The birds here sound like alarm clocks from the 1970s. I’m watching two in particular—five if you count babies who sound more like key fobs. A Steller’s Jay harries a smaller bird guarding a nest. The Steller’s Jay crashes through fir fronds, its crest dark and greasy, divebombing again and again until I finally leave the bench to wave it away with my cane. It alights on an unpopulated wax myrtle across the little still pond and we consider each other, our heads cocked to opposite sides. One by one, the chicks fall out of the nest and hit the ground soundlessly. It appears I have misunderstood. I hold the device to my neck and my apology sounds like a barcode. In three hours, Gene and Andrea will take me home. Where I will…do what exactly?
Andrea is twenty minutes or three days late picking me up. I’m out front, feeling the eyes of other problematic people bore into me from brick-framed windows five, six, seven stories up. Thrills of anticipation zoom up and down my arms. An indecisive wind searches me like tiny fingers.
Gene and Andrea and the kids, Bronson and Layla, invite everyone over, even Tom from work. They all regard me with mouths hanging open as I drink one glass of white wine, then another.
With everyone asleep, I watch television in the basement. The room is thick-carpeted, the screen humongous. There is a sliding-glass door looking out over a patio and Gene and Andrea’s long, three-tiered backyard, dimly illuminated by little solar lights.
I don’t know how to turn the sound system on so I advance the channels in silence until I land on a program called Find Your Greatest You. I give up on the sound system and watch the big-toothed man in a yellow shirt open and close his mouth in a completely empty room.
I put the remote back on the coffee table, knocking something to the floor.
Gene and Andrea’s yard is long and fancifully landscaped. Paving stones lead the way through a lazy path of Buddhist sculpture and manicured rose bushes of all colors. There is no pond but there is a fountain. In the middle of the fountain is Garuda, King of Birds. His wings are outstretched and water shoots out of his eyes and his beak. Lights at the bottom of the fountain ripple and pulse and change shades.
I could get used to this.
I remove my slippers and socks and let the fountain lights paint my feet. I make slits with my eyelids so my legs and the lights and everything else blur together. I’m able to convince myself this is a kind of sleep.
Gene stands before me in his bathrobe, squinting. Garuda’s face bathed in the morning sun takes on a new countenance, invites the air to carry him somewhere else. This seems reasonable to me.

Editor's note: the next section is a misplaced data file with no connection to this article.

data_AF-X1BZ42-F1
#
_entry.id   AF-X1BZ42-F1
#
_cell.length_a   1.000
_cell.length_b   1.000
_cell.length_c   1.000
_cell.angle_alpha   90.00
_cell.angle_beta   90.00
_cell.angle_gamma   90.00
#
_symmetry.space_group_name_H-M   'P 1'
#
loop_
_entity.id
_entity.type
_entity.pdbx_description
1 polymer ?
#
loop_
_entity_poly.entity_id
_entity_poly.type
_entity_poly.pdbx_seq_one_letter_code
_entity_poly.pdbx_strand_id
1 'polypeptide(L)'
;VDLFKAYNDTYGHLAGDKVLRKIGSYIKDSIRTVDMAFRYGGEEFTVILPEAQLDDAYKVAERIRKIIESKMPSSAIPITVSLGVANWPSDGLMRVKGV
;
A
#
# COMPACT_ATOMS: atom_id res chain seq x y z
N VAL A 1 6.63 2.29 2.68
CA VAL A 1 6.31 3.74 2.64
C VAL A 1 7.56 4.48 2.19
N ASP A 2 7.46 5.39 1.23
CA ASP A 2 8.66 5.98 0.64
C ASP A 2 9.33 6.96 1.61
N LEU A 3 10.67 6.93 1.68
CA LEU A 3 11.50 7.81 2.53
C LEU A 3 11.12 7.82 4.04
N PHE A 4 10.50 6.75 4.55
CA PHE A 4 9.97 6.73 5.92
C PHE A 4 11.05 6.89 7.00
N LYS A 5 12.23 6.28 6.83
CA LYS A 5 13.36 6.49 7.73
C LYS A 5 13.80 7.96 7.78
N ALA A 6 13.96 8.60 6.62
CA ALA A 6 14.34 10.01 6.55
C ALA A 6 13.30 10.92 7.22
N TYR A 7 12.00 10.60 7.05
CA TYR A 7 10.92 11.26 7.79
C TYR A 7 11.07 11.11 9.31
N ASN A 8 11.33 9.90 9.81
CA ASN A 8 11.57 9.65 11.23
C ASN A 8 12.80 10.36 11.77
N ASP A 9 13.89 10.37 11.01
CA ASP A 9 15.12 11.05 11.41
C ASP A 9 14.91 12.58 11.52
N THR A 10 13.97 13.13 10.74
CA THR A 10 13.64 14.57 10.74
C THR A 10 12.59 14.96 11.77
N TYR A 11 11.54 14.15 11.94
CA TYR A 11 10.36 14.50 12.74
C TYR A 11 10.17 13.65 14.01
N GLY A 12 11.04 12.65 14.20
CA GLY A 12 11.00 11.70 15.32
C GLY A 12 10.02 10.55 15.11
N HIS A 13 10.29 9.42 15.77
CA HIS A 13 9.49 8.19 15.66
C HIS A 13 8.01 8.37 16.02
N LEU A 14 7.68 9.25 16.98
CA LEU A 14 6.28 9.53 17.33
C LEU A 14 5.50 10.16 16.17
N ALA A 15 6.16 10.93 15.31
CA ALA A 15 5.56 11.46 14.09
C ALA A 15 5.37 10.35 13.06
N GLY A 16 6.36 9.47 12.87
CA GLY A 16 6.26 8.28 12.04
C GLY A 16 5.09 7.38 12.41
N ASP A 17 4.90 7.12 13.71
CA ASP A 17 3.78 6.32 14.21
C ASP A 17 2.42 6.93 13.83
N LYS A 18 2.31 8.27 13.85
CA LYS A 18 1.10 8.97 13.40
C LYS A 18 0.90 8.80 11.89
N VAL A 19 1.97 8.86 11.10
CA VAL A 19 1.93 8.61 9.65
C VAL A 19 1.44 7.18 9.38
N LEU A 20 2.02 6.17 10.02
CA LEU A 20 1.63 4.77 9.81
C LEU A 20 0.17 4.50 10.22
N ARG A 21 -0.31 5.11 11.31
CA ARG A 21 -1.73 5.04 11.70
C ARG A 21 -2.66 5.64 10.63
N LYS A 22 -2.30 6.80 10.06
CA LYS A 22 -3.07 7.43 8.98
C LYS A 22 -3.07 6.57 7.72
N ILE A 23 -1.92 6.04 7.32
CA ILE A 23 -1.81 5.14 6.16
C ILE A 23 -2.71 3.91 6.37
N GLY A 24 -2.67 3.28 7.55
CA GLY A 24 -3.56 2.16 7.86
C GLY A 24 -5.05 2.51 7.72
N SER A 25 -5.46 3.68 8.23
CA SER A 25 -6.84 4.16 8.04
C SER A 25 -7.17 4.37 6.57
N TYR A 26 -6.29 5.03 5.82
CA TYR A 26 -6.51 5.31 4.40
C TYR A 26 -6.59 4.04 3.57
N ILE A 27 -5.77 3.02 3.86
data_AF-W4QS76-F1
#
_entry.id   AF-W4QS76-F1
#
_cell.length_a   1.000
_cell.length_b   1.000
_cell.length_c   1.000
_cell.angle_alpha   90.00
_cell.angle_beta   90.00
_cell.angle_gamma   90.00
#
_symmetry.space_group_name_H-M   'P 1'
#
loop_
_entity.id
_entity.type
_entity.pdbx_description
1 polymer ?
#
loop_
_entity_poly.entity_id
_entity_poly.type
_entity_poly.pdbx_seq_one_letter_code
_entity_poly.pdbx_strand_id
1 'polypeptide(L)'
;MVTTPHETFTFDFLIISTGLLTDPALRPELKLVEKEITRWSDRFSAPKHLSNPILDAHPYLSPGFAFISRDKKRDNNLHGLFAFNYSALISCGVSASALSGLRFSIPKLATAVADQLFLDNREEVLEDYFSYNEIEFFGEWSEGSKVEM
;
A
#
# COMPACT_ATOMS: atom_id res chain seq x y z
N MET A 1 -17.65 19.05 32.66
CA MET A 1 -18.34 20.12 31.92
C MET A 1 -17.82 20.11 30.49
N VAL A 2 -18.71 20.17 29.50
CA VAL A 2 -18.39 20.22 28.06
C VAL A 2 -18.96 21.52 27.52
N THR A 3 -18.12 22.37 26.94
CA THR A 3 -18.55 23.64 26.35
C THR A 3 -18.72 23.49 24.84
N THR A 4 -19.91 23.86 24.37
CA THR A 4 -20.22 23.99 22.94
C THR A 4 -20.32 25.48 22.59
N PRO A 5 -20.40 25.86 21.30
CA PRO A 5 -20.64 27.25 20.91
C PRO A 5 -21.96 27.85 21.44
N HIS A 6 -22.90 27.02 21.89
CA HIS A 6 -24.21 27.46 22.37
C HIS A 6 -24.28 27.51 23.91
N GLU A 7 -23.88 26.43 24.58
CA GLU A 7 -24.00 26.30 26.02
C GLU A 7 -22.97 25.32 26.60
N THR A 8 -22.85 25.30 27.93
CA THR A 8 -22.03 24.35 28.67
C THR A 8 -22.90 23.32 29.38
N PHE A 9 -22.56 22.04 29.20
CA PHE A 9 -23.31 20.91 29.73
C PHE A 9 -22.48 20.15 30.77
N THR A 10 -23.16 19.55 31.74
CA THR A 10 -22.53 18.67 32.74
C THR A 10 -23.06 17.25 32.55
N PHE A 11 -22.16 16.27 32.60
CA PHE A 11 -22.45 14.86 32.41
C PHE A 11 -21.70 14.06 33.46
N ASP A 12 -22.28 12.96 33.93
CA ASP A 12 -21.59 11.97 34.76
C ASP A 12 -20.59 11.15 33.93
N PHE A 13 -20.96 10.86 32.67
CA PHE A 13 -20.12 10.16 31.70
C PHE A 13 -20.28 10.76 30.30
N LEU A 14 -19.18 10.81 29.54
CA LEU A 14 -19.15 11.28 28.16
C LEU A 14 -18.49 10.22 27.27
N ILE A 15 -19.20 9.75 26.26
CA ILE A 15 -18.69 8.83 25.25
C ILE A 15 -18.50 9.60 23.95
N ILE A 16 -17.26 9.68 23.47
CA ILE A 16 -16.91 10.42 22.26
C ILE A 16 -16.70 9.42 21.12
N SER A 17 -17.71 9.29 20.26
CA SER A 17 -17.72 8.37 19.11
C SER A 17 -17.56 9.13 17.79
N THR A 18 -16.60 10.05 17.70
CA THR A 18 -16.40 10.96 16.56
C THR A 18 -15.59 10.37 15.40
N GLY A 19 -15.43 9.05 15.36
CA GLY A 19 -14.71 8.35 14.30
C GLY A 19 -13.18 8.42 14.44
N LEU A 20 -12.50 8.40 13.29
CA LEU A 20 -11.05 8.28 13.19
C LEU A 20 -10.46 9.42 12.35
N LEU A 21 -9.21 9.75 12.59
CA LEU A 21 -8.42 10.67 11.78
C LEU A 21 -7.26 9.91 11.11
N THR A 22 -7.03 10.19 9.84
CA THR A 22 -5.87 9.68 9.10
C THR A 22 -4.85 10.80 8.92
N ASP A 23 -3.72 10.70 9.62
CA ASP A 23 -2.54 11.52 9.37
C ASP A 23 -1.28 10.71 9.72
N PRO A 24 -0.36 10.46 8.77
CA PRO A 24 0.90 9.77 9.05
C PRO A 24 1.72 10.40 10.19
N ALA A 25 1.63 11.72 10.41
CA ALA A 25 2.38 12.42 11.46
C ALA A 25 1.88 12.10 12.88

“Appreciate it if you don’t do that, Jerry,” Gene says, scratching one of his ankles.
He continues on, mentioning bacteria, electrocution, and other concerns I pretend to acknowledge. I hear Andrea singing to the kids inside, making breakfast. The windows are flung open to whatever day it’s supposed to be.
“Did you ever sleep? Kids said they watched you sit out here for quite a while last night.”
I lift the device to my throat and explain that I slept and actually I slept better than I ever have. “It’s funny,” I say, “how different everything is when it lets go of you.”
At Bronson’s soccer match, I wander off. I run my cane along the chain link fence surrounding the field. It makes a ching-ching-ching sound as I go. It’s a very competitive match and no one seems to notice me squeeze under the bleachers on all fours and peer out from between the first and second rows. I lightly tap my forehead against the bleachers in a sparse rhythm. The scoreboard reads 0–0. The action is picking up. I remember how this is.
There’s Bronson, a bolt of lightning midfield. His team’s uniforms are outrageous, far from the knee socks and sterile polyester cocoons that reluctantly absorbed my sweaty failures when I was his age. Bronson is silver and black and his hair is in a mohawk, streaking toward the goal. He strikes. My gaze gets stuck on Gene on the other side of the field, his face painted silver and black, his mouth contorting in a scream, his eyes bulging, ready to explode.
I push the volume button all the way up and bring the device to my throat and cry, “Go Bronson! Come on! Come on, Bronson!”
I scan the sky for Garuda. A crane fly lands on my nose. The crowd goes wild.
Marc Tweed’s work has appeared or is forthcoming in NOON Annual, Bending Genres, BOMBFIRE, and more. He was a top-ten finalist in Pithead Chapel’s 2020 Larry Brown Short Story Competition.